Google Billings Revealed In Ad Age; Do-Not-Track Is-Not-Simple; NY Times Says Tech Slow To Hire

Search SpendHere’s today’s news round-up… Want it by email? Sign-up here.

Google Billings Revealed

Ad Age’s Michael Learmonth reveals the contents of what he says is an internal Google document which shows recent spending by Google’s largest search advertisers. Learmonth writes, “Our review of $574 million of Google’s U.S. billings over the first half of 2010 shows plenty of global corporations spending millions each month on search advertising, as well as a great many huge corporations that spend very little, if anything, at all on search.” Read the article. A data nugget from the doc: 1,356 advertisers spent between $10,000 and $100,000 per month in the first half of 2010.

Do-Not-Track Is-Not-Simple

The idea of offering consumers the ability to opt-out of digital ad tracking in much the same way as they opt-out (supposedly) of telemarketer phone calls has been getting some attention recently as the privacy debate strengthens. Harlan Yu says on the Freedom to Tinker blog hosted by Princeton’s Center for Information Technology Policy that it’s not as easy setting up such as a service as some may think. Yu says, “The underlying difficulty in designing a simple Do Not Track mechanism is the subjective nature of privacy. What one user considers harmful tracking might be completely reasonable to another. Privacy isn’t a single binary choice but rather a series of individually-considered decisions (…)” Read more.

Display For SMBs

Co-founders Adam Berke and Peter Krivkovich of self-service, display advertising company AdRoll talk shop with Robert Scoble in a Building 43 interview. The AdRoll team announces they’ve doubled their revenue for the last three quarters and are currently growing 35% per month. Krivkovich says that AdRoll has a 95% client retention rate, too. Not bad for top-of-funnel display advertising. It doesn’t hurt that AdRoll appears focused on the low-hanging-fruit of retargeting as well as overlaying what the company describes as intent data. AdRoll also suggests that they’re talking with Intuit about distribution of the AdRoll offering to SMBs. See the interview.

Holding Companies Consolidate

Rupal Parekh of Advertising Age covers ad agency holding company housekeeping trend which Parekh says is currently underway: “Omnicom Group, WPP, Interpublic Group of Cos. and MDC Partners in the past few months have all streamlined the number of individual shops and agency offices sitting under the same umbrella.” Read more. Consolidation is happening everywhere -including the holding companies – but, new, independent companies such as digital-only agencies are popping up, too.

Digital Publishers Booking In Paper

In Australia, media firms are struggling with evolving their business practices according to an article in the Australian. Media Federation of Australia president Henry Tajer said that “it was ironic that many digital publishers still required paper-based ad bookings in a sector already complicated by the continuing fragmentation of media and the arrival of more and more possible media channels.” He’s proposing an automated, digital exchange to help with booking. To be clear, it’s not an ad exchange. Read more.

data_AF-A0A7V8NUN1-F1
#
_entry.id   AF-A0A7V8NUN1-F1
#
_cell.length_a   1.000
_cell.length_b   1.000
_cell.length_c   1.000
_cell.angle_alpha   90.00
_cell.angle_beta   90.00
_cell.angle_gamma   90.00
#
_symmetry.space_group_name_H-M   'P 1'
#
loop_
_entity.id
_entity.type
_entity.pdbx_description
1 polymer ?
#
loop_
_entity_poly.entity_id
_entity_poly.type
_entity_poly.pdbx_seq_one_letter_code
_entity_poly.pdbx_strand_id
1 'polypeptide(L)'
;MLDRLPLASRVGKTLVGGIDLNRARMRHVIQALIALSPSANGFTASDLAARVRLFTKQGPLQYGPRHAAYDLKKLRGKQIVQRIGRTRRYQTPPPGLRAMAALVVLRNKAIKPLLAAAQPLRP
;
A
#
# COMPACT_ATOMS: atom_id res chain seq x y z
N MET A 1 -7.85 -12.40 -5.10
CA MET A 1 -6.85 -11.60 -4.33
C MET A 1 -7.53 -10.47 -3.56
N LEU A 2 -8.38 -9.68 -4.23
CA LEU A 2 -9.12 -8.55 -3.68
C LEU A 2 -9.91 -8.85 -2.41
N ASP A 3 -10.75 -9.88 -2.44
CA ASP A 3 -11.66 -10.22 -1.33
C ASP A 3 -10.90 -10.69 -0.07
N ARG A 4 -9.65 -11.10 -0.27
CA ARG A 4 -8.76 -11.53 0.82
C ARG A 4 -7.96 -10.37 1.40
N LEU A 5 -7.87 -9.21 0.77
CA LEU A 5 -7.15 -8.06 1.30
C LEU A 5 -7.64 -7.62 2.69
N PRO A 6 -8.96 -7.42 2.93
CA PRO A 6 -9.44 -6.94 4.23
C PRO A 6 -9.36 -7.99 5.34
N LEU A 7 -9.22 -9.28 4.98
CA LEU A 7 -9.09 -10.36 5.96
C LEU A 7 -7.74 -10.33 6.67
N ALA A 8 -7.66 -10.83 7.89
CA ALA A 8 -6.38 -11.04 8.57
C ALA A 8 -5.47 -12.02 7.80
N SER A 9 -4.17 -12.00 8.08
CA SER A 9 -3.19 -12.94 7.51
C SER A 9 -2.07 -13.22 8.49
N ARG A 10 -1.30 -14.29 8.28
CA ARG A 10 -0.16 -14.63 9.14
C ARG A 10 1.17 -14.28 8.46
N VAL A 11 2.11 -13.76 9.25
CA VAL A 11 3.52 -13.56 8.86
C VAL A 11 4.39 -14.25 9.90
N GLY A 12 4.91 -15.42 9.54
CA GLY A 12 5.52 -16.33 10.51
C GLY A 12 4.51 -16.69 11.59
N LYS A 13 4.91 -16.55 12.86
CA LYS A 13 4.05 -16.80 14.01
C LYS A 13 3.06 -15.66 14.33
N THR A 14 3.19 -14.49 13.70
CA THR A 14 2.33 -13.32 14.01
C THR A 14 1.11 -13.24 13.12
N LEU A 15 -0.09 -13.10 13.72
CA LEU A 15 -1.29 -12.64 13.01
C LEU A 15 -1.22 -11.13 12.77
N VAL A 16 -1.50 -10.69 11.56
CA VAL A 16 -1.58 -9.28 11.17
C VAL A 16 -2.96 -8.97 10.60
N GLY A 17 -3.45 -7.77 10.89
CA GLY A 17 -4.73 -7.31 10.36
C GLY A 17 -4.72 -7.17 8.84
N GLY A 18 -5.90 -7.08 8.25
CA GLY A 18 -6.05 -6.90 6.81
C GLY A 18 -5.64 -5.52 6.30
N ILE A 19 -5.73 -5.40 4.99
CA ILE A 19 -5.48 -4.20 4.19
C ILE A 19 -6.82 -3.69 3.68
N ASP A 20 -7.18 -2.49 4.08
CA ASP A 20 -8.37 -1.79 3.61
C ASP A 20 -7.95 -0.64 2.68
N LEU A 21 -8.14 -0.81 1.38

Big Data

From his personal blog, Greg Linden finds a recent article from Microsoft called, “Server Engineering Insights for Large-Scale Online Services.” Linden is surprised by the amount of detail provided in the paper about the serving clusters used for Hotmail, Cosmos (Microsoft’s MapReduce/Hadoop), and Bing. Read more. And, Download the Microsoft paper (PDF). Any article with the word “petabytes” gets’s attention.

Ad Verification Rocks

In a piece on, Peter Cervieri pens “Why The Future of Online Advertising Includes Ad Verification.” Cervieri thinks their is too much investment on everything from the creative audience segmentation to risk buying a media placement without some form of ad placement verification: “How effective is your advertising when it seems like the most inappropriate thing to peddle in relation to the content I’m reading.” Read more.

Tech Slow To Hire

According to Catherine Rampell of The New York Times, the tech sector is slow-to-hire due in-part to continued weakness in the economy as well as certain high tech jobs moving overseas. Rampell writes, “Job growth in fields like computer systems design and Internet publishing has been slow in the last year. Employment in areas like data processing and software publishing has actually fallen. Additionally, computer scientists, systems analysts and computer programmers all had unemployment rates of around 6 percent in the second quarter of this year.” Read more. But, the growing job board says otherwise (gratuitous plug!).

Fantasy Online Marketing

Brent Halliburton writes an entertaining post on his Cogmap that compares the wildly-popular world of fantasy football to online marketing. He begins, “Most people doing fantasy drafts simply make a list of who they think the best players in the league are and bang, bang, bang, draft Let’s call that ‘Old school media planning strategy’. Or let’s call it ‘People who evaluate campaigns based on CTR’. Or ‘people who don’t love math’. Or ‘people who suck!” Or ‘me’, most years.” Read more.

Enjoying this content?

Sign up to be an AdExchanger Member today and get unlimited access to articles like this, plus proprietary data and research, conference discounts, on-demand access to event content, and more!

Join Today!